Advances in diet and IBD: Crohn’s Disease

Advances in diet and IBD: Crohn’s Disease

With the increasing industrialisation and westernisation of diet, the incidence of Crohn’s Disease (CD) is increasing2,4. It’s well recognised that the inflammation in Crohn’s Disease may be driven by dietary components1.

Diet and IBD

Studies have demonstrated that 70-90% of CD paediatric patients will achieve remission when using Exclusive Enteral Nutrition (EEN)2,3,4,5. This indicates that diet can have a large impact on IBD, however adherence is key.

Exclusive Enteral Nutrition is where a patient receives all their dietary requirements, including vitamins and minerals, from a liquid nutritional formula. This may be done for 6-8 weeks, depending on the patient.

As well as helping achieve remission, it can also assist with mucosal healing, weight gain, improved vitamin D, improved bone health and better quality of life. It may also be effective in resolving inflammatory strictures and enterocutaneous fistulae3.

Existing diet strategies for IBD

There are currently a few other strategies for controlling IBD using diet.

Low residue diet

A low residue diet limits fibre intake. Often people who are newly diagnosed with self-limit high fibre foods to control loose bowel actions and abdominal pain. However there is only a small evidence base that this works, and is mostly indicated in structuring disease only.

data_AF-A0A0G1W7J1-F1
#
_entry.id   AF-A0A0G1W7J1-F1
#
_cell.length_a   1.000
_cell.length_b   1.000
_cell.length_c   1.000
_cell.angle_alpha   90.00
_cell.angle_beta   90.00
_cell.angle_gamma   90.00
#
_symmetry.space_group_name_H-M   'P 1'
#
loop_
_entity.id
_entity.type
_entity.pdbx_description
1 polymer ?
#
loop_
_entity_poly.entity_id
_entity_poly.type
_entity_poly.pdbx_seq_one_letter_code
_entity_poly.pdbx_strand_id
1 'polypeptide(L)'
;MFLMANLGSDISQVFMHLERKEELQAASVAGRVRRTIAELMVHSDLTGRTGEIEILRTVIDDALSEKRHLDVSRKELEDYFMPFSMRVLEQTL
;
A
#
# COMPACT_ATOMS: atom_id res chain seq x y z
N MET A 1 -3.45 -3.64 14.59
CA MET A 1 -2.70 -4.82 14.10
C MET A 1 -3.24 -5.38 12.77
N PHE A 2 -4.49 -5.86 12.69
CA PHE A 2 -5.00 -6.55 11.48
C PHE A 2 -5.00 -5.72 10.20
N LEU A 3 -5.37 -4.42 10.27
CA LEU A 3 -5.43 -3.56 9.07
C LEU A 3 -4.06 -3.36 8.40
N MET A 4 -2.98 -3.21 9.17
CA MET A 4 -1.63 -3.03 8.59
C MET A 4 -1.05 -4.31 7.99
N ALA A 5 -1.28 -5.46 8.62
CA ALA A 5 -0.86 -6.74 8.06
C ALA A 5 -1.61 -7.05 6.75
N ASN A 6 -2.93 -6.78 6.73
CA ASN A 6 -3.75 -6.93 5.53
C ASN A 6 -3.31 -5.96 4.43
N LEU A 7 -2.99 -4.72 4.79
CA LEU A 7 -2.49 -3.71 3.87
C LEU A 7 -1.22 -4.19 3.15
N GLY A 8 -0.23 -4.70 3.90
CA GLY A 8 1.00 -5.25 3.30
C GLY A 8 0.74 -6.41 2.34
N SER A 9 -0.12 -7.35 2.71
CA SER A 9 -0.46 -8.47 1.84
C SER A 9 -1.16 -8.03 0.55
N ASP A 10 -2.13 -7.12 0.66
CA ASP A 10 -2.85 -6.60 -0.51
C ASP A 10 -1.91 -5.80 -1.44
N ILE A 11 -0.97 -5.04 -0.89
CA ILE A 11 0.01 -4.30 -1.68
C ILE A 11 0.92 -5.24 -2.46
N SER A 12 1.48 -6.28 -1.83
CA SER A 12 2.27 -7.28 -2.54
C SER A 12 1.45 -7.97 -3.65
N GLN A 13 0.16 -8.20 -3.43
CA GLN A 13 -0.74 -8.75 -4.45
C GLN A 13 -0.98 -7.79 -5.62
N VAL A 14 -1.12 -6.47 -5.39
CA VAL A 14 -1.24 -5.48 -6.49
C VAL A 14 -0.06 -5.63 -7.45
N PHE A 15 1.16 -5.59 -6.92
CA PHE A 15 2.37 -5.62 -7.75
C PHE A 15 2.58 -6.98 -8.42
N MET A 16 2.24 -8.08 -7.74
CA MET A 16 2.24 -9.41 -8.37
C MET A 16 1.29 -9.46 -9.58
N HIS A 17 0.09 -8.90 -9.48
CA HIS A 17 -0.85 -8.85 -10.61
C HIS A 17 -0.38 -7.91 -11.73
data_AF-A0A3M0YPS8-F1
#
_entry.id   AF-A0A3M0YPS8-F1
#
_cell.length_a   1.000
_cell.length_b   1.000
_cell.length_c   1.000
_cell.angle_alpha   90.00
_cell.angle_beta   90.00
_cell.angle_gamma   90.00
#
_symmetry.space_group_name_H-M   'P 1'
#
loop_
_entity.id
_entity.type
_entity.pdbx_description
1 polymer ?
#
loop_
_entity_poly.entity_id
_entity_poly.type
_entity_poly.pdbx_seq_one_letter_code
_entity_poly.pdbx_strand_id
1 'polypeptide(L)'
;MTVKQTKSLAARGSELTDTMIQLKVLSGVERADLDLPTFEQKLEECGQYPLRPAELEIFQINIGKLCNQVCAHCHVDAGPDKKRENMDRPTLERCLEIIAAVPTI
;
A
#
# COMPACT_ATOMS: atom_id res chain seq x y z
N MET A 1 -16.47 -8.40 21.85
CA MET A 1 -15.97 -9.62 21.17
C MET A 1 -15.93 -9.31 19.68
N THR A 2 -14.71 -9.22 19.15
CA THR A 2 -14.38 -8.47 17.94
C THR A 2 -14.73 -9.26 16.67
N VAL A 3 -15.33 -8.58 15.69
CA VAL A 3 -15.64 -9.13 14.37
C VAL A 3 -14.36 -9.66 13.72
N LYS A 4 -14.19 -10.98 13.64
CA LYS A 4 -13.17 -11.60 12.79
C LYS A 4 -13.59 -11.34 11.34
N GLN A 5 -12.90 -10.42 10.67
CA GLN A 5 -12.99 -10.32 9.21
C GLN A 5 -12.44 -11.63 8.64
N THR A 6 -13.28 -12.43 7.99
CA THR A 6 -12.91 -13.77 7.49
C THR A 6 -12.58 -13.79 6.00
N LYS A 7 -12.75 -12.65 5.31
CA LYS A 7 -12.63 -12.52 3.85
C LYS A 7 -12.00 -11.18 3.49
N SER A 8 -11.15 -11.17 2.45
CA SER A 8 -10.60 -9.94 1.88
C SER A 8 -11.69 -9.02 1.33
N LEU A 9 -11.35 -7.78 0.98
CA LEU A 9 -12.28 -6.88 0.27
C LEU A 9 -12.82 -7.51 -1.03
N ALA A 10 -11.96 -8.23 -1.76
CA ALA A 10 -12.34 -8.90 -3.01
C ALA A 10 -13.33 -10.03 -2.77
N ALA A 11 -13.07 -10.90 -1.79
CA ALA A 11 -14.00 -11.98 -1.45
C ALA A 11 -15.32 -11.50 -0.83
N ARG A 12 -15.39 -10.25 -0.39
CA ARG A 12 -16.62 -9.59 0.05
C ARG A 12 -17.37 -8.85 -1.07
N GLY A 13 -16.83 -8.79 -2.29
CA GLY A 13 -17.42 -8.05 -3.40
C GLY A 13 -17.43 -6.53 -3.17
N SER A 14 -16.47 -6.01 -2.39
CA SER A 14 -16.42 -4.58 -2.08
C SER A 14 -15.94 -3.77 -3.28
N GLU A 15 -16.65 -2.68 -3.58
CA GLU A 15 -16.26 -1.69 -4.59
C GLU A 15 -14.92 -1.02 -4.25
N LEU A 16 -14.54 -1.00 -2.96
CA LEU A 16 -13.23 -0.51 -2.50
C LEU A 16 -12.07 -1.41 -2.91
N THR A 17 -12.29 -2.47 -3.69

Generally, it is advisable to continue to consume fibre to tolerance. This can help improve bowel health, avoid constipation and encourage a more diverse gut microbiome.

Low FODMAP diet

FODMAPs are fermentable carbohydrates, and includes foods like dairy, wheat, beans and lentils, and some fruits and vegetables. The low FODMAP diet is based on foods such as eggs and meat, non-dairy milks such as almond milk, grains like rice, quinoa and oats and a limited selection of fruits and vegetables.

The low FODAMP diet is used in patients with IBD, generally because many patients have coexisting IBS (60% in CD and 39% in Ulcerative Colitis)6,7. Even when IBD is in remission, these patients complain of wind and bloating. The low FODMAP diet can be used only when IBD is in remission to help with these symptoms; however there is no evidence for it inducing remission.

Mediterranean Diet

The Mediterranean Diet is characterised by lots of vegetables, fruits and wholegrains, olive oil as the primary source of fats, protein from fish, legumes and nuts/seeds, with minimal red meat and no sugary drinks or processed foods.

It is well established in its use for other inflammatory diseases such as cardiovascular disease, Alzheimer’s disease and rheumatoid arthritis. This is because plasma levels of inflammatory markers such as C-Reactive Protein (CRP) and TNFα are reduced. As well as this, there is a lower incidence of IBD in Southern Europe, where there is a higher consumption of a Mediterranean Diet.

In 2020, Hamed Khalili et al published a paper titled ‘Adherence to a Mediterranean diet is associated with a lower risk of later-onset Crohn’s disease: results from two large prospective cohort studies’. The study looked at over 80,000 participants over 17 years. There was a significant lower risk of later-onset CD, however there was no indication of that for Ulcerative Colitis.